Spaniards take an educated look at the art of chatting-up

You would imagine that young people in the land of Don Juan would need little instruction on how to pick up members of the opposite sex. Spain's opportunities for sexual contact arelegendary.

This is the nation that invented the piropo - a man's hissed compliment, poetic rather than lewd, to a woman as she passes him in the street.

Why then, does a sex professor deem it necessary to supplement what comes naturally with a university course entitled "I want to pick you up"? A two-month course on establishing sexual relations between young couples starts next week at the Public University of Navarra in Pamplona.

The course is run by Jose Luis Garcia, a clinical psychologist and sexology specialist, who insists its purpose is absolutely serious. "Young people don't talk about sexuality amongst themselves, they don't talk about contraception. Very few parents talk about these things, and there is in effect no sexual education in schools," he said yesterday. In 18 years as a clinical psychologist, Dr Garcia has seen countless youngsters in their teens and early twenties suffering from problems of sexual relationships, inability to communicate and the pain of breaking up.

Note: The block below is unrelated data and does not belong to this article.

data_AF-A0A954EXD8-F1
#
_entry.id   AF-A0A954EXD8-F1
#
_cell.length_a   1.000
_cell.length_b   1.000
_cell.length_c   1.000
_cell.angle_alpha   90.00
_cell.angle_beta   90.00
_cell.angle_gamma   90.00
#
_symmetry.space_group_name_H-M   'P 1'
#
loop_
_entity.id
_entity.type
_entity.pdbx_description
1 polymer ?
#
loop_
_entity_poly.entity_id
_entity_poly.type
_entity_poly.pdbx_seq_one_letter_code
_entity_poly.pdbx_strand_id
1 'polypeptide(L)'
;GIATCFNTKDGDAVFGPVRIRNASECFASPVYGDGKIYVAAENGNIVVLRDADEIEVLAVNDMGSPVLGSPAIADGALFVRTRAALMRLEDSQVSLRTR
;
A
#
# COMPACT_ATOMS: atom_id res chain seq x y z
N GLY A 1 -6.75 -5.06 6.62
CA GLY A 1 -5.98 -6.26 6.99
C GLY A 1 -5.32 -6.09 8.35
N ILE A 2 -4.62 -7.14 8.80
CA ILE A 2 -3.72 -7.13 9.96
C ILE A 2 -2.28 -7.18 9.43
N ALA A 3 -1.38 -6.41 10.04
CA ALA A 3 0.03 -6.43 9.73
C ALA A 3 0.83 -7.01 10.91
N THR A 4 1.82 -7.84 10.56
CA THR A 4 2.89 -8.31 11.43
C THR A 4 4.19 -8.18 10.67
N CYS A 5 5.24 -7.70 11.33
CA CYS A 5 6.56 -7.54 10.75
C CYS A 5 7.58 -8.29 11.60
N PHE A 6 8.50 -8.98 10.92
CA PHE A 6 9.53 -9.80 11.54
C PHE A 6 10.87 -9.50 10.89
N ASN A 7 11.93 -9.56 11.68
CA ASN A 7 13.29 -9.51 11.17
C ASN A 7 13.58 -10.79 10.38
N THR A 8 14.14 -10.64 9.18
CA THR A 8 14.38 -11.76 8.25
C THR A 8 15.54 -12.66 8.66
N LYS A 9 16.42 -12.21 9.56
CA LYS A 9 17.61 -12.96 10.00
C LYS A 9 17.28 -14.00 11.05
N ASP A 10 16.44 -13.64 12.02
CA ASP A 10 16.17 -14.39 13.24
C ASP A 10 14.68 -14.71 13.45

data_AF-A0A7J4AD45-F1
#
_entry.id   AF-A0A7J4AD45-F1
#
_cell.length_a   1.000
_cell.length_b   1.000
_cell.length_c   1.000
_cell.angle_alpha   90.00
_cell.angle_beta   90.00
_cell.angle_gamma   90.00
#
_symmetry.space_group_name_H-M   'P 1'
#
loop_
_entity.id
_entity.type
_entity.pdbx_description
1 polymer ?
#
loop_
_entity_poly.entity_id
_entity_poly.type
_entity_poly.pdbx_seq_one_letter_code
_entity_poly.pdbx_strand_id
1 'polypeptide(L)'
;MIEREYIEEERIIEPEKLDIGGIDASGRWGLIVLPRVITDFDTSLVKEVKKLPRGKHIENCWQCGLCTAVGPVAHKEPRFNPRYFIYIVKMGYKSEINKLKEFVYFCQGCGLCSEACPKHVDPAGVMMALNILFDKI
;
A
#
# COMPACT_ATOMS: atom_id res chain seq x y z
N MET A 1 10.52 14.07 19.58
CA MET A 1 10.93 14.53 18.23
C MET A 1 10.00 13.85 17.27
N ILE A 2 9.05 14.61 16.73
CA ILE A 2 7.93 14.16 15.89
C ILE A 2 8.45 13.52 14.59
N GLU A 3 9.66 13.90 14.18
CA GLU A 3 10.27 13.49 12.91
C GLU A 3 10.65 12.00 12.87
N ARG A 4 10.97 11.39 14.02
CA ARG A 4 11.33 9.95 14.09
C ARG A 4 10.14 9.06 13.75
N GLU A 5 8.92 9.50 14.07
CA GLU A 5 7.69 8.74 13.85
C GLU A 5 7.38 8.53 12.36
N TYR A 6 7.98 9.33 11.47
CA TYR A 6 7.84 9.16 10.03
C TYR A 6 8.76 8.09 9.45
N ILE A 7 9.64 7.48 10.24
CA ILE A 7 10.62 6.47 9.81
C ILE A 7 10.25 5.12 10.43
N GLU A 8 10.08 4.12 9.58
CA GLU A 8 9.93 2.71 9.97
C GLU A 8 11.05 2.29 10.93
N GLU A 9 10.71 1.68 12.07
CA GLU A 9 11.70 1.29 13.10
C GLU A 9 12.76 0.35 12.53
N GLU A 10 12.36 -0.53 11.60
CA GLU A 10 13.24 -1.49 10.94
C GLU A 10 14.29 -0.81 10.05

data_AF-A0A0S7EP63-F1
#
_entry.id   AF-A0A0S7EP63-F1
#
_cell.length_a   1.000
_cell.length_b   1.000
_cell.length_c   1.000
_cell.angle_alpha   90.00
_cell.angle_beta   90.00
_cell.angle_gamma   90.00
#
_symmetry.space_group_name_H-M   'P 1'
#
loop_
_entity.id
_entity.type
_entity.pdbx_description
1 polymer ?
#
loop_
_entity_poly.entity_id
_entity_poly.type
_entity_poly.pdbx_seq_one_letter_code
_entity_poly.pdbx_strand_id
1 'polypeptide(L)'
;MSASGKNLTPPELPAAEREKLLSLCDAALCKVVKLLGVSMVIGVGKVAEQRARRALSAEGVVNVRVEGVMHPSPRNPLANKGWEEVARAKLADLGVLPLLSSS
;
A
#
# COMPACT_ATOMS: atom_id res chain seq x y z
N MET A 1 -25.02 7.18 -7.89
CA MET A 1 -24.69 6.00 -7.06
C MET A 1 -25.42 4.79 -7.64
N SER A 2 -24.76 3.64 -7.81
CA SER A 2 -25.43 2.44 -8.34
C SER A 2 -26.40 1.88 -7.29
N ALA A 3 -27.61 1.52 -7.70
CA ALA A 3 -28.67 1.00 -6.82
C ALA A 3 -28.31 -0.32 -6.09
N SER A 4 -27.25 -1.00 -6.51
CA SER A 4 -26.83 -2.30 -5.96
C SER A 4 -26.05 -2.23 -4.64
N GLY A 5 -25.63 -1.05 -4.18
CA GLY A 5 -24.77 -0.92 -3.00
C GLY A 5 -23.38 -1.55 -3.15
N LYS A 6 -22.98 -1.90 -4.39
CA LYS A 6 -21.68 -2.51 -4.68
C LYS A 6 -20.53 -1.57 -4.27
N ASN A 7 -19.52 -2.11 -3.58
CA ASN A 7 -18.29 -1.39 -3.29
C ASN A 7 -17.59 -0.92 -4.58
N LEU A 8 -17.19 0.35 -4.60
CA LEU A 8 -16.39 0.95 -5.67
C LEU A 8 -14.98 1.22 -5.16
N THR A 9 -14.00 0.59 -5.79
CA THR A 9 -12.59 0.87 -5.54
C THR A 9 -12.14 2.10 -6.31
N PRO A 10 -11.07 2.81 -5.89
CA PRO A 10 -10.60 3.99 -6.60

The course will cover, for example, how a couple can rekindle desire if they reach a stage of sexual monotony. Dr Garcia proposes talking, watching an erotic film, or finding a new place for the sexual act.

He urges young people to "express frankly their sexual desires" which includes the following advice to the person making the first move: "Don't get drunk, don't resort to elaborate deceptions, be frank and open."

Not much role then for the old piropo, which anyway is not what it was. The days when someone might shadow your steps murmuring "Your eyelashes are so long they could tie up my swollen heart and prevent it bursting with love for you," have given way to the all- purpose "Guapa!" (beautiful).

Dr Garcia's seminar will not help towards a degree. It is an optional course - extra-curricular activity, you might say.